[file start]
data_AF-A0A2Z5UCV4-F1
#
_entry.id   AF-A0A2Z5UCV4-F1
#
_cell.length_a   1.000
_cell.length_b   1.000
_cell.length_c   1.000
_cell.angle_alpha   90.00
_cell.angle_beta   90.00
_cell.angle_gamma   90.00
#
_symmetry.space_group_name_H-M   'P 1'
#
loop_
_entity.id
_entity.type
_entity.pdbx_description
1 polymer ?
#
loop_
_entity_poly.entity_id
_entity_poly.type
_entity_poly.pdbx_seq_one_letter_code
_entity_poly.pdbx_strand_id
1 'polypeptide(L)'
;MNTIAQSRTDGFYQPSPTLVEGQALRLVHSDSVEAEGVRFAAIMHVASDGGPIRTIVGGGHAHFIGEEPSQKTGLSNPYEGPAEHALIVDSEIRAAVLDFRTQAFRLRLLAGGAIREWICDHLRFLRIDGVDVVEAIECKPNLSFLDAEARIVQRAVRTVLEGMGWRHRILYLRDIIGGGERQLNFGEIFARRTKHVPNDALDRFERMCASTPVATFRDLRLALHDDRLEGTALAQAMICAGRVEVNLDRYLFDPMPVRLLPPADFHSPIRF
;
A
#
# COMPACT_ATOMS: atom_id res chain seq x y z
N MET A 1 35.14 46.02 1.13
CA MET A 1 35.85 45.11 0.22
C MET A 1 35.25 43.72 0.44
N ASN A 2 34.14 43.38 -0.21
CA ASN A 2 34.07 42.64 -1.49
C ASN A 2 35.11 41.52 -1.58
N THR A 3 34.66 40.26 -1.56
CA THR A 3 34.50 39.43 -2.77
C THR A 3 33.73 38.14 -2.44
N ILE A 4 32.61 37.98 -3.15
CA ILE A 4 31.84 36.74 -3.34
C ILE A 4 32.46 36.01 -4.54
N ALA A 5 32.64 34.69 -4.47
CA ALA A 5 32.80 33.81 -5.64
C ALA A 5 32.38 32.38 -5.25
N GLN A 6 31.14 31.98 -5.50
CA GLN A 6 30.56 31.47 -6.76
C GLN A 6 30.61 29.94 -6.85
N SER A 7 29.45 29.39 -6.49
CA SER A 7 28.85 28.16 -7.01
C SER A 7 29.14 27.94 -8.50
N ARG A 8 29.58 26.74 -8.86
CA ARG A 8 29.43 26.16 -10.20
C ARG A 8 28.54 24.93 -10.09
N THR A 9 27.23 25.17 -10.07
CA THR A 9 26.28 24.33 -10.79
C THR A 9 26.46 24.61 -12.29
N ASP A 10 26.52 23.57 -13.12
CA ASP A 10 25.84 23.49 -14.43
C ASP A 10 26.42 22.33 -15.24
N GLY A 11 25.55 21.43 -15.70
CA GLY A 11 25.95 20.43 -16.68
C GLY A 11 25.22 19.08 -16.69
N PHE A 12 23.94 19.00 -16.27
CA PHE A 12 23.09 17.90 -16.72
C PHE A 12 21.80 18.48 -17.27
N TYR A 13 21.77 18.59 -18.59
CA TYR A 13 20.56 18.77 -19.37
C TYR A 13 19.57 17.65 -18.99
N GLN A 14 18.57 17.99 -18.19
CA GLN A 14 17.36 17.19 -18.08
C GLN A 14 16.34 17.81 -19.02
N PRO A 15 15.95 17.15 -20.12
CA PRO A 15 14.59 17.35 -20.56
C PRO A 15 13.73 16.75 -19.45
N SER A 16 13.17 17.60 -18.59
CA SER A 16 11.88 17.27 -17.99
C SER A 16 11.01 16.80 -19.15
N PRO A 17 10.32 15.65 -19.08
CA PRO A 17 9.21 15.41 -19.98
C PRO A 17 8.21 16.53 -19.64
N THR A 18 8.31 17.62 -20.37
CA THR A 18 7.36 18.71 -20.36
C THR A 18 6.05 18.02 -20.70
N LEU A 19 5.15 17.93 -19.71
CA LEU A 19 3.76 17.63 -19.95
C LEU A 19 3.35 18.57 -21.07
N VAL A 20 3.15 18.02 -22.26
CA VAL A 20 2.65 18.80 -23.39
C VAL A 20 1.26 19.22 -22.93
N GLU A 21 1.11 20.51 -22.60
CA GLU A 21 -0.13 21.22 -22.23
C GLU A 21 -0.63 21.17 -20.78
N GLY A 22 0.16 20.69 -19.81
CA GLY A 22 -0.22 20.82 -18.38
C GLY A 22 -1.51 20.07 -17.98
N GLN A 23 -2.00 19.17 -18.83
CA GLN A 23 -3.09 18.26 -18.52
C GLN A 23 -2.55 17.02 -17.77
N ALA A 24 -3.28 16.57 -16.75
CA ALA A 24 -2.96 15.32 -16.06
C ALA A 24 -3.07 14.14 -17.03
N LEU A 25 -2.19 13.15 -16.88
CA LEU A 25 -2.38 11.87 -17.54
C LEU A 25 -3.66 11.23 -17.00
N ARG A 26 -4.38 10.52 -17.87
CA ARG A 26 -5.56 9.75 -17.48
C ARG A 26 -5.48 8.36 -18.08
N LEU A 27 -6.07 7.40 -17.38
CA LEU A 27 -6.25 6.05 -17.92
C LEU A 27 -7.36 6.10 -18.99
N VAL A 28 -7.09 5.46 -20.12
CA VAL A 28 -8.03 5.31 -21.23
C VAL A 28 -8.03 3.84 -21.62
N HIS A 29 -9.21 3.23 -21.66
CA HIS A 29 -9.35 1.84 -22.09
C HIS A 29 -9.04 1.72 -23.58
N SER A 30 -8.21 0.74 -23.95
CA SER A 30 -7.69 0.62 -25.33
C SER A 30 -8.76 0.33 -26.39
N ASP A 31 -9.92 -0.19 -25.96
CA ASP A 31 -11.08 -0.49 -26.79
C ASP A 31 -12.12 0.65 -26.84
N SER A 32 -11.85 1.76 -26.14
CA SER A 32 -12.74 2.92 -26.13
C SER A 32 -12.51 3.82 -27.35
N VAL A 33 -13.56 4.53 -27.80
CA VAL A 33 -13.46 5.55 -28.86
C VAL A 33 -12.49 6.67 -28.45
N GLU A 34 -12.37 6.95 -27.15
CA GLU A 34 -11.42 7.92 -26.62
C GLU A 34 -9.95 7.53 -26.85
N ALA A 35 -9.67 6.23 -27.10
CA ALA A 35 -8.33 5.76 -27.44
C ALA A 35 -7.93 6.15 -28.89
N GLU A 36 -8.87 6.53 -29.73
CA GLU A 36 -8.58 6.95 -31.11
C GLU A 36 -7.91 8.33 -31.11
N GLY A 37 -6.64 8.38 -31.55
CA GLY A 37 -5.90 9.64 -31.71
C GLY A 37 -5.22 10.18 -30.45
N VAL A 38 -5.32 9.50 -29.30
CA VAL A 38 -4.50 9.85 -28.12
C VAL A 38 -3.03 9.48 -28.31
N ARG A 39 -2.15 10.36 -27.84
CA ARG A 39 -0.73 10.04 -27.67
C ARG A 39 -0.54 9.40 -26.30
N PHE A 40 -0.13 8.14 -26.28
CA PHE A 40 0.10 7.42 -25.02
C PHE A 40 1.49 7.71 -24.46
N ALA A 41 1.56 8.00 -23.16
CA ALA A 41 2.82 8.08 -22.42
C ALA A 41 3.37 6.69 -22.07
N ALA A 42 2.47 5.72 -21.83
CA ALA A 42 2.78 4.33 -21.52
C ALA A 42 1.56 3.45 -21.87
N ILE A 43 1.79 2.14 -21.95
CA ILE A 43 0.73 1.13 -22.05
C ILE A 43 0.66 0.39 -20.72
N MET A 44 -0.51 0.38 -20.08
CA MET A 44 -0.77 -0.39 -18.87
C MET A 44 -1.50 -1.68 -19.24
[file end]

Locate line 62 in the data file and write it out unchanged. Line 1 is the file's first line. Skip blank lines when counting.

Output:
CA GLY A 11 25.95 20.43 -16.68